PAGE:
NSW Labor boss Kaila Murnain has been suspended after explosively telling an anti-corruption inquiry she knew a Chinese billionaire had made a potentially illegal donation to the party.
Ms Murnain, 32, the first woman to be Labor’s general secretary in NSW and considered a potential future prime minister, dropped the bombshell as she took to the Independent Commission Against Corruption witness box on Wednesday.
She told the inquiry that in September 2016 upper house MP Ernest Wong told her Huang Xiangmo, a banned donor, had donated to the state ALP.
NSW Labor leader Jodi McKay on Wednesday night said she was appalled by the evidence given to the inquiry this week and is stepping in to ‘clean up the mess’.
Ms McKay asked party officials to suspend Ms Murnain as general secretary.
‘I no longer have confidence in her judgement. I will have more to say about governance within the party at the conclusion of the inquiry,’ Ms McKay said in a statement.
A senior Labor source told Daily Mail Australia the revelations Ms Murnain knew of the donation and kept quiet were a ‘bombshell’.
Kaila Murnain leaves The NSW Independent Commission Against Corruption (ICAC) public inquiry into allegations concerning political donations in Sydney on Wednesday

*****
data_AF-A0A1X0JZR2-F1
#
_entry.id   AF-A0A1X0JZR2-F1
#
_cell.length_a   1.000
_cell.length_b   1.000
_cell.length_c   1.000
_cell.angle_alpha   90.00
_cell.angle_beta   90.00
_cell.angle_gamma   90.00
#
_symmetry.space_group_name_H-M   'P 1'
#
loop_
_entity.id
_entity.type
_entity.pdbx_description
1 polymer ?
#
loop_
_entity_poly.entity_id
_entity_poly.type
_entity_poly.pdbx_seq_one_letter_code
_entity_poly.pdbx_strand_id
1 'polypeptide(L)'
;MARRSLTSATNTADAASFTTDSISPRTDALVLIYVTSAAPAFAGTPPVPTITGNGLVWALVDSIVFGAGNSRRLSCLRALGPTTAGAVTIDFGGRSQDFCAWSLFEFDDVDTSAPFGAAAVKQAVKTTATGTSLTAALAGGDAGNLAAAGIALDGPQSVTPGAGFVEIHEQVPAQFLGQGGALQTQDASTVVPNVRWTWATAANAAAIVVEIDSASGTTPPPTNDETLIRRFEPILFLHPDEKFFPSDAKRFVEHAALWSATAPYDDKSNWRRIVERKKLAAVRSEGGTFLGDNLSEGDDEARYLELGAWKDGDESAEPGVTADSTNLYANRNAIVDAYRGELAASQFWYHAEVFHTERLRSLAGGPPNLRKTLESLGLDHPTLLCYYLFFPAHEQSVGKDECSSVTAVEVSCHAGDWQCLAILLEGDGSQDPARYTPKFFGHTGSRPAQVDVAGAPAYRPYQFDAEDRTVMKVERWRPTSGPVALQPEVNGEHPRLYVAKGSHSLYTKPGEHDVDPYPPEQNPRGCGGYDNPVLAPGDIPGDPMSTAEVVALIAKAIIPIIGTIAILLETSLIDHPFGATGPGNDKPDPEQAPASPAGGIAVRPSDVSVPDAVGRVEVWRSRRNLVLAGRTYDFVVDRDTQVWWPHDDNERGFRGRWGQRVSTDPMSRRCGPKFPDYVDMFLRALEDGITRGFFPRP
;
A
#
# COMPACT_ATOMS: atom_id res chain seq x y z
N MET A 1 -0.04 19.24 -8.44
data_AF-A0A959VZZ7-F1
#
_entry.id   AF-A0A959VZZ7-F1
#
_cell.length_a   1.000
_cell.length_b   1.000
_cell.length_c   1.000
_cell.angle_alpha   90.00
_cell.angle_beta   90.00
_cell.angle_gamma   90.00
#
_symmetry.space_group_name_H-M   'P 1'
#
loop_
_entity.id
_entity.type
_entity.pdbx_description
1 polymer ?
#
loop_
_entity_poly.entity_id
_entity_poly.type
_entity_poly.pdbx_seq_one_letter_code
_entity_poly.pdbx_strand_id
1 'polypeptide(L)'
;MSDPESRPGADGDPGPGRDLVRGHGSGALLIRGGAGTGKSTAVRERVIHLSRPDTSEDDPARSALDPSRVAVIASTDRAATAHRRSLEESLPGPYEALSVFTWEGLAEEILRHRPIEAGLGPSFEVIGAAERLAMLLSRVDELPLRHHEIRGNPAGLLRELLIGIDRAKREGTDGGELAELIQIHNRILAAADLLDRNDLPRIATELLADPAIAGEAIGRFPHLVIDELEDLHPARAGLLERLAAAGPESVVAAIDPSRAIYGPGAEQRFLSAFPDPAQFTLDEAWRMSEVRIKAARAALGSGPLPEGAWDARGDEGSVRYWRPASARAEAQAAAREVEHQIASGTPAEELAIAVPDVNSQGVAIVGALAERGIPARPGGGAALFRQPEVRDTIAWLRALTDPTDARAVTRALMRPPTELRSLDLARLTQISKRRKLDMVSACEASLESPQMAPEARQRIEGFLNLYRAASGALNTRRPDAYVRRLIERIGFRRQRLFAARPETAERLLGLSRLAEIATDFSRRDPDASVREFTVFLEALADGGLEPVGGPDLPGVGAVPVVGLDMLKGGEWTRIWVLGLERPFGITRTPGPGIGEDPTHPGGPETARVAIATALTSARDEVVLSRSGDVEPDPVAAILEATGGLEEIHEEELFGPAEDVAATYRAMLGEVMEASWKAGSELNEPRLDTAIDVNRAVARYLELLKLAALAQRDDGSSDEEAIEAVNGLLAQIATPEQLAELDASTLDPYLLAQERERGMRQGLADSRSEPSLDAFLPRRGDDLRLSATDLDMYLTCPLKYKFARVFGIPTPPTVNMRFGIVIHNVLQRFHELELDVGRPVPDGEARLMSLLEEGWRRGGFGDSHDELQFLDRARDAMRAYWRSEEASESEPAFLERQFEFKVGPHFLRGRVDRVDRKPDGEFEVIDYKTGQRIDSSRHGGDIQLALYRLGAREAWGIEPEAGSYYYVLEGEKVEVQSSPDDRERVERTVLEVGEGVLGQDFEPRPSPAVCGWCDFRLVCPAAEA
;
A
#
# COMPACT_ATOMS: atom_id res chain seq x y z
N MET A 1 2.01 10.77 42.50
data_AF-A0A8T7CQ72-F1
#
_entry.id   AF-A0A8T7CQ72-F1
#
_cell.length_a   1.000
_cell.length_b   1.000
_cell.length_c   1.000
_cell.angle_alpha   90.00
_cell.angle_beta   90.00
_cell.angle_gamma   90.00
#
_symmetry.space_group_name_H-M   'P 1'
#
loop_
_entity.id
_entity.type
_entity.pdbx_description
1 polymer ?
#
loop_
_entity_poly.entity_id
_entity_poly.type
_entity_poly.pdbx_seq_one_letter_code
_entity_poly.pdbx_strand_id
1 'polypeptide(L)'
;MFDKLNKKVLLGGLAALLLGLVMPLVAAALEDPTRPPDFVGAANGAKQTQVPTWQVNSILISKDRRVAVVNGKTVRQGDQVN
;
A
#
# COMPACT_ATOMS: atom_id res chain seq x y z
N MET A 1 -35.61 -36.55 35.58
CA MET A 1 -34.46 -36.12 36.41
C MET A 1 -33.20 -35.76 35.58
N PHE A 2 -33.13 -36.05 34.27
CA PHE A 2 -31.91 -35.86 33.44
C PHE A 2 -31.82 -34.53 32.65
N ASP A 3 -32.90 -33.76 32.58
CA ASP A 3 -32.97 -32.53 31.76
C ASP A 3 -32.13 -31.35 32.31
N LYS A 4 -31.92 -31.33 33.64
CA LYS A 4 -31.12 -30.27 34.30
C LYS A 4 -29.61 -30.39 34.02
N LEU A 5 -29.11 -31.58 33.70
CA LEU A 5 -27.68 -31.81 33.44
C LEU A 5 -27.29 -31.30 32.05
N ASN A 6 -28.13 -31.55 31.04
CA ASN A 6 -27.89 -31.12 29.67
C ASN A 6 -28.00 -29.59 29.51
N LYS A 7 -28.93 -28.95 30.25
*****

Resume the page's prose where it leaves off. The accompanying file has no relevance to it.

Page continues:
‘It’s absolutely devastating for the general secretary to do something like that,’ they said.
The source said there was ‘some speculation’ about Ms Murnain and suggested her time was already ‘coming to an end due to a whole range of issues’.
Despite the criticisms, the source understood why she was once pegged as a future prime minister.
‘She had a lot acclaim in the party… had federal ambition, saw the state party was too small for her,’ they said.
‘Her future looked extremely promising, she did some good things.’
The source added Ms McKay was forced to ‘salvage’ the situation.
Ms Murnain (left), 32, the first woman to be Labor’s general secretary in NSW and seen by some as a future prime minister, told the Independent Commission Against Corruption on Wednesday that in September 2016 upper house MP Ernest Wong told her Huang Xiangmo (right) – a banned donor – had donated to the state ALP